Don’t Accuse. Ask.

I want you to think so hard about this. This affects people’s lives, and God did it first, so it must work for us, all right? God made this technique up.

So, Cain’s naughty. All right? And so God needs to confront him like a teacher. Okay?

So, here’s what’s said: “But unto Cain and to his offering he (God) had not respect. And Cain was very wroth and his countenance fell. And the Lord said unto Cain [question marks], ‘Why art thou wroth and why is thy countenance fallen?'”

He asked him a question.

“If thou doest well, shalt thou not be accepted, and if thou doest not well, sin lieth at the door, and unto this shall be his desire, and thou shalt rule over him.”

Which we understand that means sin wants you. You got to rule over him. What did God do?

He did not say, “You are bad and you’re doing something wrong.” He said, “Why is your countenance fallen?”

I beg you all. When you think something’s going on, if somebody says something in front of the whole class, you can address that directly. If you think a student has a bad attitude, if you’ve heard bad things the students are doing, if somebody else has told you things that that student is doing, if you’ve seen a student look at you weird and give you body language, you need to go up to that student and say, “This is what I think I see. It looks like you have a bad attitude.”

Do not say, “You have a bad attitude and you need to stop it. This is what you’re doing.”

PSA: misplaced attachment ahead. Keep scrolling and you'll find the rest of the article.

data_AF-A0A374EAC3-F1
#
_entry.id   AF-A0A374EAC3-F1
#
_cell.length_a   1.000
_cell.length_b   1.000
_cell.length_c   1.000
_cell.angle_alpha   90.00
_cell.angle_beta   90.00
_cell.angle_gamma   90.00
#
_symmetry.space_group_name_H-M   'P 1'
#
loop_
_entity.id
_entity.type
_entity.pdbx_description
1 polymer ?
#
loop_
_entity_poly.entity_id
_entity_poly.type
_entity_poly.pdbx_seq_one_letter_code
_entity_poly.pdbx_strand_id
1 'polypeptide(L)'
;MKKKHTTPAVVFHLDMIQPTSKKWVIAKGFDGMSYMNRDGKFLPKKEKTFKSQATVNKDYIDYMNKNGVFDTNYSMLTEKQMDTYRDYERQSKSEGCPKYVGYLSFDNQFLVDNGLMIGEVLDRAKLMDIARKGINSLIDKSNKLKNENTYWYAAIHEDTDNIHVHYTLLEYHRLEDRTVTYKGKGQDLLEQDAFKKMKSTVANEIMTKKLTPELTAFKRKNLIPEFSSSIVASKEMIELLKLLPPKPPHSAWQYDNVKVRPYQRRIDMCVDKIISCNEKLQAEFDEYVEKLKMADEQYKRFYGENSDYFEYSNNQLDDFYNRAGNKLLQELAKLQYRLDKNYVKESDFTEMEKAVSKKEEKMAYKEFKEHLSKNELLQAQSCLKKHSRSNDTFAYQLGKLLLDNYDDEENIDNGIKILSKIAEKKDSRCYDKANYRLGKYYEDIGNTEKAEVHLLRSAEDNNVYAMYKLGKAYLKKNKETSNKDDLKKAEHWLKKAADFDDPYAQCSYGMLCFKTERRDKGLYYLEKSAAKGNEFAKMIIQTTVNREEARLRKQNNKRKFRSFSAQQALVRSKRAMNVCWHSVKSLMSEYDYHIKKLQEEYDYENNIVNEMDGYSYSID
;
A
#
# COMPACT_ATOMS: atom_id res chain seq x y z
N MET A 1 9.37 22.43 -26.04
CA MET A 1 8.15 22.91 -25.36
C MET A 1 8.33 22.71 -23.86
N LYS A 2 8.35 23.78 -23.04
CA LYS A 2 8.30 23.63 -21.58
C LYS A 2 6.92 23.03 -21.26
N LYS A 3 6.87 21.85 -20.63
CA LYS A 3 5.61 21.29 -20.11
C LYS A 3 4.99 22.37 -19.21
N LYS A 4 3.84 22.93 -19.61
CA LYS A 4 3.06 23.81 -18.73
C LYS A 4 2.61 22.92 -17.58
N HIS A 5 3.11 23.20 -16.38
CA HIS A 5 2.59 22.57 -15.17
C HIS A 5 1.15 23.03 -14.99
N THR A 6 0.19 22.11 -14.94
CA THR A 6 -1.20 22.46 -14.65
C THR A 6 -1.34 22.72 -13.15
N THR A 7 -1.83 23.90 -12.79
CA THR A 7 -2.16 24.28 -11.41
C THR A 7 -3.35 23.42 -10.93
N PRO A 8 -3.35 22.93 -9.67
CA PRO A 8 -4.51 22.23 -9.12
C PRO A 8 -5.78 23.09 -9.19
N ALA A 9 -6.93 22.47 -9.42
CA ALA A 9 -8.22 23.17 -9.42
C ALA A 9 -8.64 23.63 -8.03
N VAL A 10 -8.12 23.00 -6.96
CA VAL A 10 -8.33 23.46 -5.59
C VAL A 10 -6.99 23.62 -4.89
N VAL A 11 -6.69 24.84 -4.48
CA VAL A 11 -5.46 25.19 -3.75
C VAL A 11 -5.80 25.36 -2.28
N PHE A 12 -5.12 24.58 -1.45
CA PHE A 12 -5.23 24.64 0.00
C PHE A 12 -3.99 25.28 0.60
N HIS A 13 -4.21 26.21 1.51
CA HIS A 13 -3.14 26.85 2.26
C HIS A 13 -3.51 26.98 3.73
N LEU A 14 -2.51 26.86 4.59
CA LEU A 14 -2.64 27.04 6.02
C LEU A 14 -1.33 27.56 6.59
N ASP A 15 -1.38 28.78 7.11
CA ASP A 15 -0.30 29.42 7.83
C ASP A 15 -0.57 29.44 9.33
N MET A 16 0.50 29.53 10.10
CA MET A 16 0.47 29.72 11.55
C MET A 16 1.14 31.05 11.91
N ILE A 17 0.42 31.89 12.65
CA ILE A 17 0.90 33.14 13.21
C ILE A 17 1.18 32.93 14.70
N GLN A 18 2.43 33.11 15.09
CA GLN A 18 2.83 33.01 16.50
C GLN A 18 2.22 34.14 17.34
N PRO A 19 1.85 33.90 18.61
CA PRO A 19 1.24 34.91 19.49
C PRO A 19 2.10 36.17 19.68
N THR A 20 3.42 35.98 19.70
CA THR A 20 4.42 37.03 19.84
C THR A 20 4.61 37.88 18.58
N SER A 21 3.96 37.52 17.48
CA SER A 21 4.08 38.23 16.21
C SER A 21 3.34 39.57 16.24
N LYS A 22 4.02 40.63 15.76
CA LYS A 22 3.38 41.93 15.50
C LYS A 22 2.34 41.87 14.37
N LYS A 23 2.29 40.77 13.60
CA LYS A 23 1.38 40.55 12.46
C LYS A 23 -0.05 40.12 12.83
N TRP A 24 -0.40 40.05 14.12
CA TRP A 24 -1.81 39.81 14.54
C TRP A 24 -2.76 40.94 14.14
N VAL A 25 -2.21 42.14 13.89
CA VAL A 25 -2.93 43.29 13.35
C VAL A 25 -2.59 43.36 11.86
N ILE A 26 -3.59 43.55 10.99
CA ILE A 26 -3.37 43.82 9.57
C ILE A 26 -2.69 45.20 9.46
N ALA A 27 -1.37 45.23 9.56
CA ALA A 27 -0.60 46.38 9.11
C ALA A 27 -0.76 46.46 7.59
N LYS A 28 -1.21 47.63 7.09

That really affects people when you do that. And that’s a hard one to learn, because you see and that gives the students three choices.

  1. They can lie and say, “I’m not doing that,” when they are.
  2. They can say, “I am doing that, and I’m so sorry.”
  3. Or they can say, “I’m not doing it. It’s the truth. I didn’t mean to. I didn’t even know what I was doing.”

I had a student, a girl student, this last year, and she would sit there and choir, and I know that she likes to sing, I thought, and she gave me this really odd look, and she’s a good singer. So I finally said, “You look in choir like you hate singing and don’t want to participate.”

And she said, “Am I scowling?”

And in my countenance I was like [sigh of relief], “You are scowling.”

And she said, “I’m so sorry; I scowl. I really enjoy singing.”

But see, it looked so much—all the proof was there against her. It looked like she had a horrible attitude. And so I beg you, it really affects people when you tell them what they think. The Lord knows what they think. Ask them a question. If they lie, it’s between them and God at that point.